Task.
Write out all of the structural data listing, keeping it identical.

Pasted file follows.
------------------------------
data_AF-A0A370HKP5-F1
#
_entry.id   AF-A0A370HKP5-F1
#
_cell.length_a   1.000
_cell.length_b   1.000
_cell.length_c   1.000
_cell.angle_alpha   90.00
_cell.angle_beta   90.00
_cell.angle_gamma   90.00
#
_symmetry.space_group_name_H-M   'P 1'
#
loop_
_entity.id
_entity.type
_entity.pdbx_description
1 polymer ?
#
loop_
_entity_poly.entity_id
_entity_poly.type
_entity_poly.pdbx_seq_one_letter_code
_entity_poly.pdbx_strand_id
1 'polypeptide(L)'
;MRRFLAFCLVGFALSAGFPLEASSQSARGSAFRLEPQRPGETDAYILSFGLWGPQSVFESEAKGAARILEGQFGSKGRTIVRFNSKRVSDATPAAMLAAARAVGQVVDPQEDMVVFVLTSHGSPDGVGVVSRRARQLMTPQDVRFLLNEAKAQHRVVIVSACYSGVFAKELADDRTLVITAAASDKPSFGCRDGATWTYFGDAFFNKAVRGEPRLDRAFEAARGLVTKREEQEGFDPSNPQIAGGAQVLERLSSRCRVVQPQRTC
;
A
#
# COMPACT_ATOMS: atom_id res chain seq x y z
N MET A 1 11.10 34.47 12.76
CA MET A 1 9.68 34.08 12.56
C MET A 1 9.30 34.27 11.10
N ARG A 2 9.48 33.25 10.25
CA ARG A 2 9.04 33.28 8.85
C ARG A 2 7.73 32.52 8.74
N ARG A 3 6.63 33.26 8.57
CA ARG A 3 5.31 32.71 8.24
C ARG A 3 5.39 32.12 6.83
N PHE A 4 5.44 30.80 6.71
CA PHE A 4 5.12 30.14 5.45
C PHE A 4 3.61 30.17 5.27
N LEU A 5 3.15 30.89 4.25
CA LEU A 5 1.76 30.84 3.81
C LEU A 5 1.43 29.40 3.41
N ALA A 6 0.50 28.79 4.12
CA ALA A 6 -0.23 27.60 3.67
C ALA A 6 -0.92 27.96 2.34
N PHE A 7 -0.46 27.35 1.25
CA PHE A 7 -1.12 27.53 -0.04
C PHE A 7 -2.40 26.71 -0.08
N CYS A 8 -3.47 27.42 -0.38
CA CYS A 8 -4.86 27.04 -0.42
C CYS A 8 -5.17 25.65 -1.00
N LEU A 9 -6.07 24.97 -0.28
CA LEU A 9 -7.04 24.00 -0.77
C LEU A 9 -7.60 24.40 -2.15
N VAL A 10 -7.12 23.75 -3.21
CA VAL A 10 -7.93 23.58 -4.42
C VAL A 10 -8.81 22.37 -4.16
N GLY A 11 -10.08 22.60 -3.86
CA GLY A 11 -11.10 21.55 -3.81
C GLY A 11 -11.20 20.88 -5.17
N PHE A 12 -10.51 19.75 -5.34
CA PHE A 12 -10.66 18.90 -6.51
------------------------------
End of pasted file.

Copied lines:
data_AF-A0A370HKP5-F1
#
_entry.id   AF-A0A370HKP5-F1
#
_cell.length_a   1.000
_cell.length_b   1.000
_cell.length_c   1.000
_cell.angle_alpha   90.00
_cell.angle_beta   90.00
_cell.angle_gamma   90.00
#
_symmetry.space_group_name_H-M   'P 1'
#
loop_
_entity.id
_entity.type
_entity.pdbx_description
1 polymer ?
#
loop_
_entity_poly.entity_id
_entity_poly.type
_entity_poly.pdbx_seq_one_letter_code
_entity_poly.pdbx_strand_id
1 'polypeptide(L)'
;MRRFLAFCLVGFALSAGFPLEASSQSARGSAFRLEPQRPGETDAYILSFGLWGPQSVFESEAKGAARILEGQFGSKGRTIVRFNSKRVSDATPAAMLAAARAVGQVVDPQEDMVVFVLTSHGSPDGVGVVSRRARQLMTPQDVRFLLNEAKAQHRVVIVSACYSGVFAKELADDRTLVITAAASDKPSFGCRDGATWTYFGDAFFNKAVRGEPRLDRAFEAARGLVTKREEQEGFDPSNPQIAGGAQVLERLSSRCRVVQPQRTC
;
A
#
# COMPACT_ATOMS: atom_id res chain seq x y z
N MET A 1 11.10 34.47 12.76
CA MET A 1 9.68 34.08 12.56
C MET A 1 9.30 34.27 11.10
N ARG A 2 9.48 33.25 10.25
CA ARG A 2 9.04 33.28 8.85
C ARG A 2 7.73 32.52 8.74
N ARG A 3 6.63 33.26 8.57
CA ARG A 3 5.31 32.71 8.24
C ARG A 3 5.39 32.12 6.83
N PHE A 4 5.44 30.80 6.71
CA PHE A 4 5.12 30.14 5.45
C PHE A 4 3.61 30.17 5.27
N LEU A 5 3.15 30.89 4.25
CA LEU A 5 1.76 30.84 3.81
C LEU A 5 1.43 29.40 3.41
N ALA A 6 0.50 28.79 4.12
CA ALA A 6 -0.23 27.60 3.67
C ALA A 6 -0.92 27.96 2.34
N PHE A 7 -0.46 27.35 1.25
CA PHE A 7 -1.12 27.53 -0.04
C PHE A 7 -2.40 26.71 -0.08
N CYS A 8 -3.47 27.42 -0.38
CA CYS A 8 -4.86 27.04 -0.42
C CYS A 8 -5.17 25.65 -1.00
N LEU A 9 -6.07 24.97 -0.28
CA LEU A 9 -7.04 24.00 -0.77
C LEU A 9 -7.60 24.40 -2.15
N VAL A 10 -7.12 23.75 -3.21
CA VAL A 10 -7.93 23.58 -4.42
C VAL A 10 -8.81 22.37 -4.16
N GLY A 11 -10.08 22.60 -3.86
CA GLY A 11 -11.10 21.55 -3.81
C GLY A 11 -11.20 20.88 -5.17
N PHE A 12 -10.51 19.75 -5.34
CA PHE A 12 -10.66 18.90 -6.51